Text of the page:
Boy's Group: Walking Together
The Circle encompasses all of creation, living and non-living. It reminds us of the connection we have to all of our relations, and the potential for ceremony and reciprocity in every action. It reminds us of cycles in nature, natural cycles of iskwewak and mother earth, and the life cycle of all human beings, their relations, their dreaming...The pipe bowl, the tipi, clockwise movement in ceremony, the sweat lodge, and the sundance all form circles. Relationship, reciprocity, non-linear ways of thinking does too. In Nehiyak teachings the circle has four directions and all of life’s teachings can be applied to this symbol. It is invoked to represent all of creation and teachings about it, all of which are sacred opportunities to walk in harmony with all our relations.
Centennial Peacemakers motto is 'Be the Change You Want to See'. A group of grade 5 and 6 students have been working hard at learning conflict resolution skills. They share these skills with everyone and are continually growing. At recess time, teams go out at recess and work towards mentoring younger students to make good choices and have fun!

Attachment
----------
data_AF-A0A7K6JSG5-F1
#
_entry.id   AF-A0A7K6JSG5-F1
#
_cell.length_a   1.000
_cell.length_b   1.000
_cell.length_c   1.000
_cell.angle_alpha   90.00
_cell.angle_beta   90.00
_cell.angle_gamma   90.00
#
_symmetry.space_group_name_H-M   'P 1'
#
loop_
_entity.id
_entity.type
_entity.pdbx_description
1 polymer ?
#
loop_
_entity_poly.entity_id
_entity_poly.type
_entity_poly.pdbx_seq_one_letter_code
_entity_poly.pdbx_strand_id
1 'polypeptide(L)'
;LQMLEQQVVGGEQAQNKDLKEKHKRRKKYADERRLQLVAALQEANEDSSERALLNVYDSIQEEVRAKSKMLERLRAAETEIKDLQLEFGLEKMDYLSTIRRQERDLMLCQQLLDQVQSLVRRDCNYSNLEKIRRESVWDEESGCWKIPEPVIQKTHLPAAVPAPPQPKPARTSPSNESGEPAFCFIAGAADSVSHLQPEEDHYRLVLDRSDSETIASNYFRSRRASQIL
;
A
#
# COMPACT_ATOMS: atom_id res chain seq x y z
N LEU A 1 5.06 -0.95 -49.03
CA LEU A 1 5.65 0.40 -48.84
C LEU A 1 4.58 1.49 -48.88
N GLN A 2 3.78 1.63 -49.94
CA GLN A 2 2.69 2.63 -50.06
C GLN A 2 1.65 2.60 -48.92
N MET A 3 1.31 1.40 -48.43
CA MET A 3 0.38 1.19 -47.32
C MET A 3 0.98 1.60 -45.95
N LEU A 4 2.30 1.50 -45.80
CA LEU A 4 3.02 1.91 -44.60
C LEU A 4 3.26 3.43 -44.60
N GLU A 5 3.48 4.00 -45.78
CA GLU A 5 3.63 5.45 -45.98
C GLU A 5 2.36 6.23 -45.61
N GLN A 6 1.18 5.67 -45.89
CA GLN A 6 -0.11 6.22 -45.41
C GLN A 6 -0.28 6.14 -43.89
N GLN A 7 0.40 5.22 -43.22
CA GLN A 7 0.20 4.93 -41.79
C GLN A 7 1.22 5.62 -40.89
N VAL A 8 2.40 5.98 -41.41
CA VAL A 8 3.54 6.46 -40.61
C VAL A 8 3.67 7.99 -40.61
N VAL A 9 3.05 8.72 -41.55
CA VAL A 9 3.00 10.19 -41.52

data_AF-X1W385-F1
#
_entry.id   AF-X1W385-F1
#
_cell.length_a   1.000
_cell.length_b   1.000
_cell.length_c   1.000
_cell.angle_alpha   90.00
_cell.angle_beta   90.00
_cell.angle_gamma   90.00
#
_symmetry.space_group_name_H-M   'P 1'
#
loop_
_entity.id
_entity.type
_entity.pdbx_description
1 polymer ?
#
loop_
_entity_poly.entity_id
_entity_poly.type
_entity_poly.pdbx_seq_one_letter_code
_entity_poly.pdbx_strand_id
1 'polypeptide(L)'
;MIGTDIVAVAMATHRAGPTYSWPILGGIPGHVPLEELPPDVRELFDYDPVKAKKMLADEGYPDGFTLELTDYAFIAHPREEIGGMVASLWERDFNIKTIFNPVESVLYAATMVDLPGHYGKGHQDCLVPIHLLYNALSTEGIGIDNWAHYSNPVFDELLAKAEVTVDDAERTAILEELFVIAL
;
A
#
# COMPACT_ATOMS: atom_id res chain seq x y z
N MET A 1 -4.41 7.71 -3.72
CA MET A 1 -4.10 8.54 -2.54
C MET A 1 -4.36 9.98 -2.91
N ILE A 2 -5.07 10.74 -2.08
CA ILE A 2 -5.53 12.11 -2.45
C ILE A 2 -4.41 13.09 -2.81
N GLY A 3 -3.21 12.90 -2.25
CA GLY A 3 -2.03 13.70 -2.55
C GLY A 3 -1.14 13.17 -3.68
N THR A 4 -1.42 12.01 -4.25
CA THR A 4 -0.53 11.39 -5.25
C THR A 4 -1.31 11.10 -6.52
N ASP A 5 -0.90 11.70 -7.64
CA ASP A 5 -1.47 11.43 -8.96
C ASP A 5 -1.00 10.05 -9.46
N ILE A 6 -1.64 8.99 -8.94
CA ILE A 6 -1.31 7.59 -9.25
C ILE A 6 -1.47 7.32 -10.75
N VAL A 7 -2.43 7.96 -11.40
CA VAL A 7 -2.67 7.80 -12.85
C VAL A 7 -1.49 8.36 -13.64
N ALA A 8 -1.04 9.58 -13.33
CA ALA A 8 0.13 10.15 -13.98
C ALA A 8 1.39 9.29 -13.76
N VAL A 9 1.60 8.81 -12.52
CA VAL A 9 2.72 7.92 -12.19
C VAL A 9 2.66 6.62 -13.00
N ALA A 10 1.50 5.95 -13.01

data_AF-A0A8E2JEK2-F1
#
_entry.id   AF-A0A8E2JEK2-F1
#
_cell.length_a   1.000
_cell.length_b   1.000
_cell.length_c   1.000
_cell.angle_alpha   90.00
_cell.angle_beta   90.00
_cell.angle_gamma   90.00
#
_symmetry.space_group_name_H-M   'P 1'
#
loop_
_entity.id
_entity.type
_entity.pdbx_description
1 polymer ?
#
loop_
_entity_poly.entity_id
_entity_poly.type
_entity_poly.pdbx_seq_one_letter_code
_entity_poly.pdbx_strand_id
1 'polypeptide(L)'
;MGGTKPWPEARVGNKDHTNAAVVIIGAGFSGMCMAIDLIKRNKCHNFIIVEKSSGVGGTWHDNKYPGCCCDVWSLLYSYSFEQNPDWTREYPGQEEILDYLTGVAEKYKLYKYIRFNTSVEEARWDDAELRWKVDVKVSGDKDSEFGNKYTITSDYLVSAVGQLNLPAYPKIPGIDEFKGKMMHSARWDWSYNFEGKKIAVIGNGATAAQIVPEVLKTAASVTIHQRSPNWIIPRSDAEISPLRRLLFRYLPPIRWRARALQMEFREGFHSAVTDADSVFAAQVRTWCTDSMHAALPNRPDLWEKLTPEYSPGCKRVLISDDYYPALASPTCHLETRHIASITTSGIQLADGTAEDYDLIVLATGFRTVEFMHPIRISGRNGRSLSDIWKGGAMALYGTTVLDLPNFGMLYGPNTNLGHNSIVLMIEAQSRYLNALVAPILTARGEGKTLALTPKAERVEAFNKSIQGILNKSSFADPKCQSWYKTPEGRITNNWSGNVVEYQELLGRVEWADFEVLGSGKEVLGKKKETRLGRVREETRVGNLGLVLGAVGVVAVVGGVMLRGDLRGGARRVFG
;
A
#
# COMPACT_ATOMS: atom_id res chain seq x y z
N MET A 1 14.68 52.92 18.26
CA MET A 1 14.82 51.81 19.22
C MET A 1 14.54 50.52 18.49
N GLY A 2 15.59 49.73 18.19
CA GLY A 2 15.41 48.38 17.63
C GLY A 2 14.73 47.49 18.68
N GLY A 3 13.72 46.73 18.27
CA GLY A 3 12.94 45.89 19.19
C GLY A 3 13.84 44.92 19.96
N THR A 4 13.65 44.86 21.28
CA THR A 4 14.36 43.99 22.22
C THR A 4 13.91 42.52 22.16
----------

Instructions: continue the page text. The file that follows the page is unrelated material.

Cree (Nehiyaw) Language & Culture
Aboriginal culture and languages are closely connected and sometimes viewed as inseparable. Each language reflects the unique way Aboriginal peoples view and relate to the world. Each carries with it an unspoken network of cultural values which are a major force in the shaping of each persons self-awareness and identity. Words in a language, the ideas, and feelings they represent, and the way they are spoken allow people to fully express their traditional beliefs and ways of interacting with each other. These values help generate and maintain an individuals level of comfort and self- assurance, and consequently success in life. In the normal course of event these values are absorbed along with ones mother tongue in the early stages of life. For most young Aboriginals today, culture and language have in fact been separated. As a result most of these young people are trying to walk in two worlds with only one language. (Henze & Vanett, 1993)
Ka-ki-kiskêyihtêtan ôma, namoya kinwês maka aciyowês pohko ôma ôta ka-hayayak wasêtam askihk, êkwa ka-kakwêy miskêtan kiskêyihtamowin, iyinîsiwin, kistêyitowin, mina nânisitotatowin kakiya ayisiniwak, êkosi ôma kakiya ka-wahkotowak.
Realize that we, as human beings, have been put on this earth for only a short time and that we must use this time to gain wisdom, knowledge, respect and understanding for all human beings, since we are all relatives. – Cree proverb